Opinion: Carbon tax would lead to better energy options in state

Energy Independent Vermont recently proposed adopting a revenue neutral carbon tax in Vermont. The concept is simple. Tax what you don’t want — carbon pollution — to drive demand for cleaner, carbon-free forms of heat, transportation and electricity. As a mother who wants to leave my daughters a healthy planet and a sustainable economy, I support a carbon tax because it is the best way to achieve both.
Critics contend a carbon tax would bring economic stress. Yet research indicates that a revenue neutral carbon tax could actually strengthenour economy. According to a Dec. 5, 2013, New York Times article, “Mainstream economists have long agreed that putting a price on carbon pollution is the most effective way to fight global warming.”
Even Exxon Mobil’s website views a revenue-neutral carbon tax favorably: “We believe this approach ensures a uniform and predictable cost of carbon, lets market prices drive solutions, maximizes transparency to stakeholders, reduces administrative complexity, promotes global participation, and is easily adjusted to future developments in climate science and policy impacts.”
Exxon Mobile is not alone. There are dozens of other successful U.S. corporations, including Wal-Mart, DuPont, General Electric, Google, and Walt Disney, that are already including a price on carbon into their long-term strategic planning process. They see the writing on the wall.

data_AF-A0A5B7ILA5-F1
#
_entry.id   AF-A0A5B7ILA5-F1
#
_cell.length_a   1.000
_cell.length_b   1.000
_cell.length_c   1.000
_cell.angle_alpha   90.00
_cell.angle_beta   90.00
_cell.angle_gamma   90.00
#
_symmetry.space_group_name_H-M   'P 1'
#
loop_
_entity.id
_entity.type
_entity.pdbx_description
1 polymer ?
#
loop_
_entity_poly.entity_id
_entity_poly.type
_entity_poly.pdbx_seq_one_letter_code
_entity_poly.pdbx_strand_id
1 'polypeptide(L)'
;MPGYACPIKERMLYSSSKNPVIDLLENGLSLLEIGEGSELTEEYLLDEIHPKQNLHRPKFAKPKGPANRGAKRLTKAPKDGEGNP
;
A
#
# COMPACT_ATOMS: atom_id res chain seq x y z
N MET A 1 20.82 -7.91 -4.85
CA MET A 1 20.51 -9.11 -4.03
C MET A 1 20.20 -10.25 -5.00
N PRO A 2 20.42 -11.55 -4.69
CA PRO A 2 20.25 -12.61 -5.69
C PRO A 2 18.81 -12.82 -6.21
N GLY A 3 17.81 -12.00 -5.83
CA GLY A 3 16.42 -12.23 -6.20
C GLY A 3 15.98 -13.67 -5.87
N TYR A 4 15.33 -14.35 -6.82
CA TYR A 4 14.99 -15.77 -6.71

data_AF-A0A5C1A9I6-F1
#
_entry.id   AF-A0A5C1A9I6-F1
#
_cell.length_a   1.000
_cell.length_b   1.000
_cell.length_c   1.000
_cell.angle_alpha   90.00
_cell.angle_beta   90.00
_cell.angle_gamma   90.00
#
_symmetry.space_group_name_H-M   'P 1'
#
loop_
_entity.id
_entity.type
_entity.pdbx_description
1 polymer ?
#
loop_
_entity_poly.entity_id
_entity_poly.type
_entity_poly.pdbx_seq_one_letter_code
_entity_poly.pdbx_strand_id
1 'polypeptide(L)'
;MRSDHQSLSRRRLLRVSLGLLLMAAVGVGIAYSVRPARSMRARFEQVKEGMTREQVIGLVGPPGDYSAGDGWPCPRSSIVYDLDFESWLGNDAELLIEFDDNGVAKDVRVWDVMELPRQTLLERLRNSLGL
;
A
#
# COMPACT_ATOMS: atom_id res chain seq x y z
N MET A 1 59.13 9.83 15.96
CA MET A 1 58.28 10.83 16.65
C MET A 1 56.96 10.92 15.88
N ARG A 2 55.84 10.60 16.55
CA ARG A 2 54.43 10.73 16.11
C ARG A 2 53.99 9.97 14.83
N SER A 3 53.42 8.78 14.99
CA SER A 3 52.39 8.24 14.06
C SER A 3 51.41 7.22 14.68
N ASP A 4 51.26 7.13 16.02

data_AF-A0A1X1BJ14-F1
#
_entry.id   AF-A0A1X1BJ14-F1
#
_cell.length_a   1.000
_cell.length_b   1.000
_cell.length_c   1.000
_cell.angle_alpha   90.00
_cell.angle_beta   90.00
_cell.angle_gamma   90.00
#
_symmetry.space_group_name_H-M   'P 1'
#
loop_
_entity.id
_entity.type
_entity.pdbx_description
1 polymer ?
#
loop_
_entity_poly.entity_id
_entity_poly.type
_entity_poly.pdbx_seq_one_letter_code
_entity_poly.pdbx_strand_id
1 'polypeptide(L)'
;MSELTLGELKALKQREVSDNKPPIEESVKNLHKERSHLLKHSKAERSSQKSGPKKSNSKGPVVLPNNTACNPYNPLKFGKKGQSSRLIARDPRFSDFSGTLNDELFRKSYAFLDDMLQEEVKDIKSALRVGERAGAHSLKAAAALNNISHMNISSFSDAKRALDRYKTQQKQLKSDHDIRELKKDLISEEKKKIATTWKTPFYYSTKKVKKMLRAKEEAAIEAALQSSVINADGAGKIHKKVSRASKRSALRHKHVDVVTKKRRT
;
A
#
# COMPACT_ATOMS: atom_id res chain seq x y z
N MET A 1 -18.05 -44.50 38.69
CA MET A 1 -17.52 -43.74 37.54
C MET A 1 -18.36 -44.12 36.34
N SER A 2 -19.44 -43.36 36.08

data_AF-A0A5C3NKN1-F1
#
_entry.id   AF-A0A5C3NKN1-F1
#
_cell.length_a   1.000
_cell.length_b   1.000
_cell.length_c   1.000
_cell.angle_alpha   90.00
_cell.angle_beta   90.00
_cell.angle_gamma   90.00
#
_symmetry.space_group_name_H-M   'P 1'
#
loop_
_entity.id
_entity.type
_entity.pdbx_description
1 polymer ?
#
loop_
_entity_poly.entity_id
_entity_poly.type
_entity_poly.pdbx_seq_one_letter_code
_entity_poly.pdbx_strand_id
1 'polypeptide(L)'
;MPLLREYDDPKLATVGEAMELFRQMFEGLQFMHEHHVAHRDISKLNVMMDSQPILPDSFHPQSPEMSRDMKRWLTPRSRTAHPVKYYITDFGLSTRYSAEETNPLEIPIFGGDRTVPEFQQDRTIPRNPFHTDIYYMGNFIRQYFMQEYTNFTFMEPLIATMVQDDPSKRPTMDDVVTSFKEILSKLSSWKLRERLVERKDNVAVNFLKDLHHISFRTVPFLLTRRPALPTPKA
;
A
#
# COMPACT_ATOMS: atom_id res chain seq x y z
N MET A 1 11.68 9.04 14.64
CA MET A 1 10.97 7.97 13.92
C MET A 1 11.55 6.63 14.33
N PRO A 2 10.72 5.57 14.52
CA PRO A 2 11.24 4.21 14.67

A carbon tax makes sense for Vermont. It’s a relatively simple, market-based solution to a serious economic and environmental challenge. Vermont won’t solve this all on our own, but we can be part of the solution and follow British Columbia’s lead. Since instituting their revenue-neutral carbon tax in 2008, fuel use in BC has dropped by 16 percent and their economy has slightly outperformed the rest of Canada. In other words, it’s working. Let’s do this, Vermont. Support a carbon tax and so we can build a better energy future and a brighter Vermont. Today.
Wendy McArdle

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